Itu kata lawyar buruk, tak puas hati cabar lah di mahkamah


PETALING JAYA: The Election Commission (EC) does not have the right to correct electoral boundaries without Parliament’s approval, said law experts.

The Bar Council’s constitutional law committee chief, Syahredzan Johan, said the EC had acted ultra vires with the Election Act 1958 and acted beyond its jurisdiction.

He was commenting on the moving of 31,294 voters from Petaling Jaya Selatan to the Lembah Pantai parliamentary constituency in the latest border revision.

“The EC has relied on Section 7 of the Act which only mentions the alteration of polling districts within a constituency, not the power to move electorates to a different constituency. Therefore, Section 7 does not give the EC the power to do so,” Syahredzan told The Malay Mail.

“If you are moving the voters to a different constituency, that amounts to a delimitation exercise, for which the Federal Constitution has provided specific procedures. This cannot be done on whims and fancies.”

He said the EC must hold a public inquiry and acquire a simple majority in Parliament to begin the boundary delimitation process.

The EC had explained on its website that a boundary correction exercise was provided under the election laws and “correcting electoral boundaries without moving the actual location of the voter” among changes allowed under Section 7 of the Act.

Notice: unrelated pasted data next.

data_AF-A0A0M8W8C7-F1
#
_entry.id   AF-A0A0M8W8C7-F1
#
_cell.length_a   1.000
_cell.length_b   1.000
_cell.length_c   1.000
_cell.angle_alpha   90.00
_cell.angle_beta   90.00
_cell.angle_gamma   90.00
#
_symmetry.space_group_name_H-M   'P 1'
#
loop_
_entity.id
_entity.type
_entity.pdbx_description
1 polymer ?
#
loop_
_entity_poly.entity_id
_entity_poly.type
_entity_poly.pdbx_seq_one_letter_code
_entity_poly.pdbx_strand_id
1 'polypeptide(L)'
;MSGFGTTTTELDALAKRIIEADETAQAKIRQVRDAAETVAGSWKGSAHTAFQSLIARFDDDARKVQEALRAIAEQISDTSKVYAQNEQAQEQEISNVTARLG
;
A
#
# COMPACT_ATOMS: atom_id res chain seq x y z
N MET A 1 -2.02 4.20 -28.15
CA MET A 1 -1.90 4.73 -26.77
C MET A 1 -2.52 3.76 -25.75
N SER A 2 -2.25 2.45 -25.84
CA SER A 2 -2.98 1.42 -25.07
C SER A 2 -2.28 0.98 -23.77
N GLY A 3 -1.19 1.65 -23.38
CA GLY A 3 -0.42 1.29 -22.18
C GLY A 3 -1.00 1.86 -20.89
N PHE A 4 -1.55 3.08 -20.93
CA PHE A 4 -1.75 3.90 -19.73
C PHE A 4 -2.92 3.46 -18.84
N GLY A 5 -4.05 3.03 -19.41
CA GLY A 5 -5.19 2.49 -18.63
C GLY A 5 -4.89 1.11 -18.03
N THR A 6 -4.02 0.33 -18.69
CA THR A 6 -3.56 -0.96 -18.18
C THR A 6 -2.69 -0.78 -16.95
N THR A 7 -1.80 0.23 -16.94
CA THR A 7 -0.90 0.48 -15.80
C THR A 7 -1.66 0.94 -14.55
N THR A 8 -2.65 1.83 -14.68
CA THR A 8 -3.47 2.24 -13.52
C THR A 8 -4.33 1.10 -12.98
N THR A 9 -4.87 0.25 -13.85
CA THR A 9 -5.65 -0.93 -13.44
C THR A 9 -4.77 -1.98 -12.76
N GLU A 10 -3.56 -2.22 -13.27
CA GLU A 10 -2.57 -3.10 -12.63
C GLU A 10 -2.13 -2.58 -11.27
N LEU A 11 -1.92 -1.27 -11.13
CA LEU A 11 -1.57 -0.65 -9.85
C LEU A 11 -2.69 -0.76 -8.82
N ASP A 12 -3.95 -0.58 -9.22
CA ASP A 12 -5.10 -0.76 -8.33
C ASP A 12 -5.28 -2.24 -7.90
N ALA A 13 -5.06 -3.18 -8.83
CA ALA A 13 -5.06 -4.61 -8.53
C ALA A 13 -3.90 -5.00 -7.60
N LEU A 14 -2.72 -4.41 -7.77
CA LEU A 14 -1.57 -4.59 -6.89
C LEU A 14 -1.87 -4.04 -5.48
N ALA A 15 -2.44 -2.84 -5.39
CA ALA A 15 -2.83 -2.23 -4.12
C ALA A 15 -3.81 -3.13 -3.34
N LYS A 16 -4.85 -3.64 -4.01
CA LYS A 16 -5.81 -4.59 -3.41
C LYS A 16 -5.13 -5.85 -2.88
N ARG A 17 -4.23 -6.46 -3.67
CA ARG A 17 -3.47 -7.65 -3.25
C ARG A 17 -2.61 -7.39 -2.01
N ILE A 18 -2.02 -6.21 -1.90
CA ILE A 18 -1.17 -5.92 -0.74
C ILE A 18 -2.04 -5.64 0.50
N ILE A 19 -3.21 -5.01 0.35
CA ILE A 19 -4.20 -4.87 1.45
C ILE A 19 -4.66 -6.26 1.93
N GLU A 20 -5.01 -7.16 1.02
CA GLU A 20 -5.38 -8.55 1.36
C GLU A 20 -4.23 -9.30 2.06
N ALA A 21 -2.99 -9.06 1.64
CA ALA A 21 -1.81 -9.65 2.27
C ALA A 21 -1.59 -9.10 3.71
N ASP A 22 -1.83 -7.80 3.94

Syahredzan said that the section only stipulated the delimitation exercise and establishing polling centres.

“Section 7 (1) is on dividing a constituency into polling districts after the delimitation exercise has been conducted. Why are they suddenly doing this when the last delimitation exercise was conducted from July 2002 to May 2003?

“Section 7 (2) is about the alterations of polling districts. If the EC is saying that it is relying on Section 7 then it does not give them powers to move the boundary.”

He also said that the affected residents must challenge the EC’s decision because it was unconstitutional.

PKR had contended the EC had acted illegally when it moved the 31,294 voters from Petaling Jaya Selatan to the Lembah Pantai parliamentary constituency in the border revision.

The border correction exercise had resulted in Petaling Jaya’s Section 16 to be under Kuala Lumpur instead of Selangor.

EC explained, last week, that it had mistakenly delineated Section 16 into Petaling Jaya Selatan when it should be part of Lembah Pantai, Kuala Lumpur, in the official state boundaries.

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